VIDEO: What's In Your Mulch?

by HGExpo.com on 08/23/2013 - 04:42 pm

Categories: Home Exteriors, Lawn & Garden

Well, the obvious answer is "wood."

But what was that wood before it protected your flower beds and accented your landscaping? Wood and bark straight from the tree is often expensive for producers, so in an attempt to cut costs some mulch yards will chop up and recolor old pallets, construction materials (still with nails and other sharp non-wood items), and chemically treated lumber.

Tainted source materials lead to tainted mulch, which can be harmful to children, animals, and gardeners. So before filling up another truck bed with mulch to sprinkle around the homestead, ask how and where the raw materials were obtained.

The mulch dying process also presents producers with an opportunity to take shortcuts to save money, both in the types and amount of dye used. As is the case with wood, all-natural dyes cost slightly more. The upside?  They're safer.

It's also important to note the intensity of the mulch's color when you see it in the yard. Since the wood in mulch is an organic, porous material that will be exposed to rain and sunlight, the color fades as the season goes on and mother nature bears down.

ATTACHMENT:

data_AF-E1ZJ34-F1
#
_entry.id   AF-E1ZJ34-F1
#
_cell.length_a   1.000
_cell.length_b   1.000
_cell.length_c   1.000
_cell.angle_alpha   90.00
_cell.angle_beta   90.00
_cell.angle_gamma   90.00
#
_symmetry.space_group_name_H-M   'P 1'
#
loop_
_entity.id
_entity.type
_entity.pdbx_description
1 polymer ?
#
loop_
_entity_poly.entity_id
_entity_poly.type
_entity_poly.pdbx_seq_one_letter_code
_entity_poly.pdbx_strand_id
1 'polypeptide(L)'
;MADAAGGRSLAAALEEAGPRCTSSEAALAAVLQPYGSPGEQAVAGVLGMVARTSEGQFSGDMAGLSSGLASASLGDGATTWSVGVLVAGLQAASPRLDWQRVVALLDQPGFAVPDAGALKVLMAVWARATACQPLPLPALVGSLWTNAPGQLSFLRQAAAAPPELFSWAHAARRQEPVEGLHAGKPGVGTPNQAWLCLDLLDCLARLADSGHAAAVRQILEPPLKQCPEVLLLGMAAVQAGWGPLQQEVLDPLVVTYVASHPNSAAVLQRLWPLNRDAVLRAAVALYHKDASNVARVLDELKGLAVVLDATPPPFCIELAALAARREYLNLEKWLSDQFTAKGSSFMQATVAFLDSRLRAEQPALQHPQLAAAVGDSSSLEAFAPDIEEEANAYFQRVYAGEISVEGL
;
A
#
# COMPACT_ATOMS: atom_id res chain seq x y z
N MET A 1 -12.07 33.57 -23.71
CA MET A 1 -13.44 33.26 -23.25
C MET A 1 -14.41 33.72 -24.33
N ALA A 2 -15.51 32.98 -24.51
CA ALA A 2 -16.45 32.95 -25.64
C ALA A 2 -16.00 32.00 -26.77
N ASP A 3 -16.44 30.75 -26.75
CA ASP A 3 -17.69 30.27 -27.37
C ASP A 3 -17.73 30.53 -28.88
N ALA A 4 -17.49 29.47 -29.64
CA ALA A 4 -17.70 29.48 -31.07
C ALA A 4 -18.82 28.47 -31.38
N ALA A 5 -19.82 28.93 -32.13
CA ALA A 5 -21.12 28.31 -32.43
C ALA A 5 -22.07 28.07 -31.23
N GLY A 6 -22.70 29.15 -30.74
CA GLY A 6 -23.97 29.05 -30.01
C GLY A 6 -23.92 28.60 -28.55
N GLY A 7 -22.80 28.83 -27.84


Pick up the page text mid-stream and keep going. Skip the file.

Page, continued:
Smith Bros. Mulch in Medina uses wood scrap produced by the sawmill industry and whole tree land clearing as the building blocks for their product. This means no additional trees are felled in the process of producing family, pet, and garender-friendly, 100% natural mulch. Additionally, Smith Bros. offers a wide variety of colors that are designed to last the whole season—and sometimes longer—by applying more dye upfront.

To take a tour of Smith Bros. Medina campus and learn more about their processes, watch their latest video:


To learn more about Smith Bros. production process, set up an appointment.

Make an appointment Smith Bros.